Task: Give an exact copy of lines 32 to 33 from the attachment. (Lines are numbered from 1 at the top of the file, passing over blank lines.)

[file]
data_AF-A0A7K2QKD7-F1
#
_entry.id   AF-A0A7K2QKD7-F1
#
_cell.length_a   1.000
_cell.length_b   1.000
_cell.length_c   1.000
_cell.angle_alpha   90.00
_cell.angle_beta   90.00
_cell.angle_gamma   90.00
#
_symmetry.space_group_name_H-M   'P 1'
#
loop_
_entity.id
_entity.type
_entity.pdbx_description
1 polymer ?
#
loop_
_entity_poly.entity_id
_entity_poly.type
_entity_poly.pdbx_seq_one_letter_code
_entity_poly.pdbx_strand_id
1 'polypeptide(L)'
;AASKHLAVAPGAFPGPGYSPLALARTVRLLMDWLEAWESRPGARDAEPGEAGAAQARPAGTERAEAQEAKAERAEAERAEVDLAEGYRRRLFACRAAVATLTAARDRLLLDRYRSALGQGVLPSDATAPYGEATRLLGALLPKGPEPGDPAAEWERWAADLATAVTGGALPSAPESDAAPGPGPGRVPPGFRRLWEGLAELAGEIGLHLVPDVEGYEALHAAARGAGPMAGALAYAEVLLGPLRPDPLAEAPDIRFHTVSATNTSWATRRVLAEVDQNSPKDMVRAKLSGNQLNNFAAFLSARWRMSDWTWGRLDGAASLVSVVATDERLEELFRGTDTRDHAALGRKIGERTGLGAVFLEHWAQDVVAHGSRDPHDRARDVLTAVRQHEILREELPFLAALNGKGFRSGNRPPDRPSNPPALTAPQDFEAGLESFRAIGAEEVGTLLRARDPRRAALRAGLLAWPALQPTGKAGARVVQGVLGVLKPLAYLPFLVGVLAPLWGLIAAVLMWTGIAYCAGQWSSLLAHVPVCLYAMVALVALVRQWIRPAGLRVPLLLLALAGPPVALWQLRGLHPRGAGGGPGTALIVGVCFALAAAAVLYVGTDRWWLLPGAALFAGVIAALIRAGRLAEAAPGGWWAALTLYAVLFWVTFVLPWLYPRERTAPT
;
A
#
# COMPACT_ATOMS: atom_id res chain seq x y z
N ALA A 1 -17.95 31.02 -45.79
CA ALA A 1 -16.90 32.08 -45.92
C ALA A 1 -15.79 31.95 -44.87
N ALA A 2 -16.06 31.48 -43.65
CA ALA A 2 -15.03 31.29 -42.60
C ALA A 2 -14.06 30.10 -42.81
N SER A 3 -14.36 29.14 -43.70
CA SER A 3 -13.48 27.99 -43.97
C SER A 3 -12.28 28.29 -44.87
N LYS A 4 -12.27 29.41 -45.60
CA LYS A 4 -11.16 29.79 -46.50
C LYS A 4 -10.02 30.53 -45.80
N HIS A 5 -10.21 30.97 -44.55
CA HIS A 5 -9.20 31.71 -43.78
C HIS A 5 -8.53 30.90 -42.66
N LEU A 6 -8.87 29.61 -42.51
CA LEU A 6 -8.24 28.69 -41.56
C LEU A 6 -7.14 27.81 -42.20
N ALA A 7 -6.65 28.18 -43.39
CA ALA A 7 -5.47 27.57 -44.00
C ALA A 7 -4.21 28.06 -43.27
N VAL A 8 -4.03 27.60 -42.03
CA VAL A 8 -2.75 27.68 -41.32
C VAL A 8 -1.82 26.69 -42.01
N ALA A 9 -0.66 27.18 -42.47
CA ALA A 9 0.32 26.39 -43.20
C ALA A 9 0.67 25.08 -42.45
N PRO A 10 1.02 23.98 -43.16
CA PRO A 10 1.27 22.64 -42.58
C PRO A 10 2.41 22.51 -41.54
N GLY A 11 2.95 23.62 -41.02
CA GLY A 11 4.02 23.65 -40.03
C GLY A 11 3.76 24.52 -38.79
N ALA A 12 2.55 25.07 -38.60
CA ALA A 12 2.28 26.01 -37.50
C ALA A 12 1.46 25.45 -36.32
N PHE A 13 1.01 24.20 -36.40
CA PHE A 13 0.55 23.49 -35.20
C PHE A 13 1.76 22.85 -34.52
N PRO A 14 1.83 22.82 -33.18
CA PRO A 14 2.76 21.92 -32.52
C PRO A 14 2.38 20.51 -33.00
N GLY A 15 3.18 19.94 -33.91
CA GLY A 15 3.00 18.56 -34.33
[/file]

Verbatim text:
CA ALA A 1 -16.90 32.08 -45.92
C ALA A 1 -15.79 31.95 -44.87